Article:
"Of course, there would need to be a careful screening before these competitive organisms were introduced," Pruden said.
Virginia Tech researchers Wang, Edwards, Falkinham, and Pruden, who is the corresponding author, concluded in their article, "Further studies on the interplay between target opportunistic pathogens and other microbes under different drinking water conditions are critical."
Pruden, Edwards, and Annie Pearce, an associate professor of building construction in the College of Architecture and Urban Studies, have received a $300,000, three-year grant from the National Science Foundation Environmental Sustainability Program to study the residential hot water infrastructure, looking at the overlapping and sometimes at-odds issues of public health, water savings, and energy savings.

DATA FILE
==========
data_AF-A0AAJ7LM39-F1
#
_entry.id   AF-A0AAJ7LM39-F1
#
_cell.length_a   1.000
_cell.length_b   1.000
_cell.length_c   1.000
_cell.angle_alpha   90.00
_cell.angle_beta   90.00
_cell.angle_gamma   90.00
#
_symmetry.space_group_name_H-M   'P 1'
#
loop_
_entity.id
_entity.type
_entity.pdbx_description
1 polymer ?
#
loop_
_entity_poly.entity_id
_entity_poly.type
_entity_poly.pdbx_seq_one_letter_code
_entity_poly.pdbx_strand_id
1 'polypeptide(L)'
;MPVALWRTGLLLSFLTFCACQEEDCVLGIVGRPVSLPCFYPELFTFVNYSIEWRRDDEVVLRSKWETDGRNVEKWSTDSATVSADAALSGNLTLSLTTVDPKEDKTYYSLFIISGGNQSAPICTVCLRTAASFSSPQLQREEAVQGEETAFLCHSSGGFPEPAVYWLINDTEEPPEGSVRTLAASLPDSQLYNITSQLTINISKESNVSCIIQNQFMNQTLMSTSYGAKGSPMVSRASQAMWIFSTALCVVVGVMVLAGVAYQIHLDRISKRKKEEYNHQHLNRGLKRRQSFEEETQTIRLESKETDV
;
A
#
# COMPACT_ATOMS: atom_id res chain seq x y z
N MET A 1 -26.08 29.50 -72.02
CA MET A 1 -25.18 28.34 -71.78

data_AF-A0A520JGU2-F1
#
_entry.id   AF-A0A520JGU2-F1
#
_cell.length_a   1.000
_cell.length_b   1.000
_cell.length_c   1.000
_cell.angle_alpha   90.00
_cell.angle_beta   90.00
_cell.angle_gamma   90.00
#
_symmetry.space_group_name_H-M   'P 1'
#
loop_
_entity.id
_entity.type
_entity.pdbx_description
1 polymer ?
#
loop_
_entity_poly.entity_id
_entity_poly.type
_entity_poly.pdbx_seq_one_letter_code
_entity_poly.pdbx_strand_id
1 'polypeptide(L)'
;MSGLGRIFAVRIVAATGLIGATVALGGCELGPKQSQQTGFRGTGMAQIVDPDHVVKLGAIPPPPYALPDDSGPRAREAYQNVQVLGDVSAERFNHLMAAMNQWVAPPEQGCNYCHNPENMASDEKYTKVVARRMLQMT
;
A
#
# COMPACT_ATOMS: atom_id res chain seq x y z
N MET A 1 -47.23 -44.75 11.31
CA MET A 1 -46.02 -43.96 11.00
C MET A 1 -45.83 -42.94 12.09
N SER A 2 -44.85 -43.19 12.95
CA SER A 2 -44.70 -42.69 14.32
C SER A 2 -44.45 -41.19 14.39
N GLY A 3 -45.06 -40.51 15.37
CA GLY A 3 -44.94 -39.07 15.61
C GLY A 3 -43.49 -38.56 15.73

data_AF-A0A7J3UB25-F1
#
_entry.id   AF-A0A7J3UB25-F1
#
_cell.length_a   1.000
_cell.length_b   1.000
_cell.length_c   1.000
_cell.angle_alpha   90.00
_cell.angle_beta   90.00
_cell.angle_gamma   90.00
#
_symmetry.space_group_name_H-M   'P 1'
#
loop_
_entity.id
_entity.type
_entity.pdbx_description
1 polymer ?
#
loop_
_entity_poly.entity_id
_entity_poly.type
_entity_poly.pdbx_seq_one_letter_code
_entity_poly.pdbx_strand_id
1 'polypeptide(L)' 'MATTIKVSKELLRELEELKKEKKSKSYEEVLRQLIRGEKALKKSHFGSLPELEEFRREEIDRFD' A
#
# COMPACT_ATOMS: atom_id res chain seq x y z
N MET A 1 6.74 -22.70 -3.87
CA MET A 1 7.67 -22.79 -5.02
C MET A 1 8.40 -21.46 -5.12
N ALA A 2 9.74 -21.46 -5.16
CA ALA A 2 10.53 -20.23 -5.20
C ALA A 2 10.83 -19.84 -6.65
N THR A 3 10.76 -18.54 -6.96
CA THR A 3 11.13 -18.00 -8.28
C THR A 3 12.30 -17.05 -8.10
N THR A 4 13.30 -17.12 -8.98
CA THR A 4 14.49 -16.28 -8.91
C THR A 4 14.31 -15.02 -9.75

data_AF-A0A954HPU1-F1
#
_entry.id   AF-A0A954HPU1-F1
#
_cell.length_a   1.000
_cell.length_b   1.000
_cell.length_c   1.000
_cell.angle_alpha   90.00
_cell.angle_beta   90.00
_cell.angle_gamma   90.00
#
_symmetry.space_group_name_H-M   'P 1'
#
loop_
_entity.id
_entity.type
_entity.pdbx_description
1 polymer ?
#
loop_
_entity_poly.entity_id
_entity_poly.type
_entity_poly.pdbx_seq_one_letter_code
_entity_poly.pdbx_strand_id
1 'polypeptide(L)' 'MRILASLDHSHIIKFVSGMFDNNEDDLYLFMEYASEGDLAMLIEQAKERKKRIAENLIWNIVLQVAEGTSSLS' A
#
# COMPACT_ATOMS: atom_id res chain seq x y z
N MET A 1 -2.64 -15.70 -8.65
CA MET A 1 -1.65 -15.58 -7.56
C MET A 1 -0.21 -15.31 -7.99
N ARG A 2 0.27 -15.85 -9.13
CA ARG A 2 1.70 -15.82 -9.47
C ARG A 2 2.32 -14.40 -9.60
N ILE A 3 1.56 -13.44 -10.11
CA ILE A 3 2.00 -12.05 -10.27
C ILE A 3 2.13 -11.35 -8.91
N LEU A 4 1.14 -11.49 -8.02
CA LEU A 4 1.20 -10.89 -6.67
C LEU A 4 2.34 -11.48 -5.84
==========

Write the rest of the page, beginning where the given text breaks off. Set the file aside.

For example, water heating consumes more energy than the water and waste water sectors combined. Energy conservation is an issue but public health requires temperature high enough to kill pathogens. However, high temperature can cause scalding and shorten tank life. The researchers will conduct integrated assessment of systems in terms of public health, energy goals, and water savings.
|Contact: John Pastor|